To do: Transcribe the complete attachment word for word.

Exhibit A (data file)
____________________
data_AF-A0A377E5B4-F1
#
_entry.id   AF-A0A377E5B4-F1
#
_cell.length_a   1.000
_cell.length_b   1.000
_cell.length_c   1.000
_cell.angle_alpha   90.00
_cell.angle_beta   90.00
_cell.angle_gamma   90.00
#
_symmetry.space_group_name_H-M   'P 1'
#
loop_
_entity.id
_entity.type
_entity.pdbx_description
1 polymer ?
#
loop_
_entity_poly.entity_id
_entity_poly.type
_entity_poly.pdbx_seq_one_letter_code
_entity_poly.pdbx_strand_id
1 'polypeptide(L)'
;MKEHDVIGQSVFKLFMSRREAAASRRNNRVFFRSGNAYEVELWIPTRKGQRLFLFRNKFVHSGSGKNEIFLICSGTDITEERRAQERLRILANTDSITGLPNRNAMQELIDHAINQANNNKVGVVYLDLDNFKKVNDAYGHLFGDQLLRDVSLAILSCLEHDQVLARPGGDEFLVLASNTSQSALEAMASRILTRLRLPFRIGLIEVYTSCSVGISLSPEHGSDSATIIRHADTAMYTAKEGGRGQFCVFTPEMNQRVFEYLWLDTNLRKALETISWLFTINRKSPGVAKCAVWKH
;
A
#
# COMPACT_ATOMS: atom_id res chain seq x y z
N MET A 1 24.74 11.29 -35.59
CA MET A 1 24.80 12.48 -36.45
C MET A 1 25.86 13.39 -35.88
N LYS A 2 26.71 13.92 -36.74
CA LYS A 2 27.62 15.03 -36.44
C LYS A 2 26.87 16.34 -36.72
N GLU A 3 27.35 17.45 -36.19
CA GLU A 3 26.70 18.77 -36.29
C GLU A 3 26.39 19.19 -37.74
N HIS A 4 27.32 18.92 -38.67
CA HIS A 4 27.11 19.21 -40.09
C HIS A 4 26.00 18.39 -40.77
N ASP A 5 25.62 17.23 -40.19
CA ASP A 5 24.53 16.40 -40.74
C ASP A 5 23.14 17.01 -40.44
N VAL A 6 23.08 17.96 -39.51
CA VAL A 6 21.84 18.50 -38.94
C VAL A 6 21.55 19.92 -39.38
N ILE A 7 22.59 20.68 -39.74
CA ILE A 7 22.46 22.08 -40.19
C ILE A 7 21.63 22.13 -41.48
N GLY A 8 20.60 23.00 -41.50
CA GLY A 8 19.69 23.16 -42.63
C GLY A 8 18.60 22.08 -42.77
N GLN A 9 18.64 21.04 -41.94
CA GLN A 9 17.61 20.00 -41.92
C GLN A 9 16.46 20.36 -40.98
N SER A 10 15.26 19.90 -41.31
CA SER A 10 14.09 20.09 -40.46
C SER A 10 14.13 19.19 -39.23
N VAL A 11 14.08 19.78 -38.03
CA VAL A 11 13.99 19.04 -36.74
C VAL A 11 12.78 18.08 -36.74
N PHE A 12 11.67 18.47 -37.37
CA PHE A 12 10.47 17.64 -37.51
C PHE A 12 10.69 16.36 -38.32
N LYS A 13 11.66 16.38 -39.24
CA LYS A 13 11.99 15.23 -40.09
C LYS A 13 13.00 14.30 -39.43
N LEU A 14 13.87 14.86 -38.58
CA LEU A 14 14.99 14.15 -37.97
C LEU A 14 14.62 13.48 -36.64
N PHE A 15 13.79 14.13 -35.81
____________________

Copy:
data_AF-A0A377E5B4-F1
#
_entry.id   AF-A0A377E5B4-F1
#
_cell.length_a   1.000
_cell.length_b   1.000
_cell.length_c   1.000
_cell.angle_alpha   90.00
_cell.angle_beta   90.00
_cell.angle_gamma   90.00
#
_symmetry.space_group_name_H-M   'P 1'
#
loop_
_entity.id
_entity.type
_entity.pdbx_description
1 polymer ?
#
loop_
_entity_poly.entity_id
_entity_poly.type
_entity_poly.pdbx_seq_one_letter_code
_entity_poly.pdbx_strand_id
1 'polypeptide(L)'
;MKEHDVIGQSVFKLFMSRREAAASRRNNRVFFRSGNAYEVELWIPTRKGQRLFLFRNKFVHSGSGKNEIFLICSGTDITEERRAQERLRILANTDSITGLPNRNAMQELIDHAINQANNNKVGVVYLDLDNFKKVNDAYGHLFGDQLLRDVSLAILSCLEHDQVLARPGGDEFLVLASNTSQSALEAMASRILTRLRLPFRIGLIEVYTSCSVGISLSPEHGSDSATIIRHADTAMYTAKEGGRGQFCVFTPEMNQRVFEYLWLDTNLRKALETISWLFTINRKSPGVAKCAVWKH
;
A
#
# COMPACT_ATOMS: atom_id res chain seq x y z
N MET A 1 24.74 11.29 -35.59
CA MET A 1 24.80 12.48 -36.45
C MET A 1 25.86 13.39 -35.88
N LYS A 2 26.71 13.92 -36.74
CA LYS A 2 27.62 15.03 -36.44
C LYS A 2 26.87 16.34 -36.72
N GLU A 3 27.35 17.45 -36.19
CA GLU A 3 26.70 18.77 -36.29
C GLU A 3 26.39 19.19 -37.74
N HIS A 4 27.32 18.92 -38.67
CA HIS A 4 27.11 19.21 -40.09
C HIS A 4 26.00 18.39 -40.77
N ASP A 5 25.62 17.23 -40.19
CA ASP A 5 24.53 16.40 -40.74
C ASP A 5 23.14 17.01 -40.44
N VAL A 6 23.08 17.96 -39.51
CA VAL A 6 21.84 18.50 -38.94
C VAL A 6 21.55 19.92 -39.38
N ILE A 7 22.59 20.68 -39.74
CA ILE A 7 22.46 22.08 -40.19
C ILE A 7 21.63 22.13 -41.48
N GLY A 8 20.60 23.00 -41.50
CA GLY A 8 19.69 23.16 -42.63
C GLY A 8 18.60 22.08 -42.77
N GLN A 9 18.64 21.04 -41.94
CA GLN A 9 17.61 20.00 -41.92
C GLN A 9 16.46 20.36 -40.98
N SER A 10 15.26 19.90 -41.31
CA SER A 10 14.09 20.09 -40.46
C SER A 10 14.13 19.19 -39.23
N VAL A 11 14.08 19.78 -38.03
CA VAL A 11 13.99 19.04 -36.74
C VAL A 11 12.78 18.08 -36.74
N PHE A 12 11.67 18.47 -37.37
CA PHE A 12 10.47 17.64 -37.51
C PHE A 12 10.69 16.36 -38.32
N LYS A 13 11.66 16.38 -39.24
CA LYS A 13 11.99 15.23 -40.09
C LYS A 13 13.00 14.30 -39.43
N LEU A 14 13.87 14.86 -38.58
CA LEU A 14 14.99 14.15 -37.97
C LEU A 14 14.62 13.48 -36.64
N PHE A 15 13.79 14.13 -35.81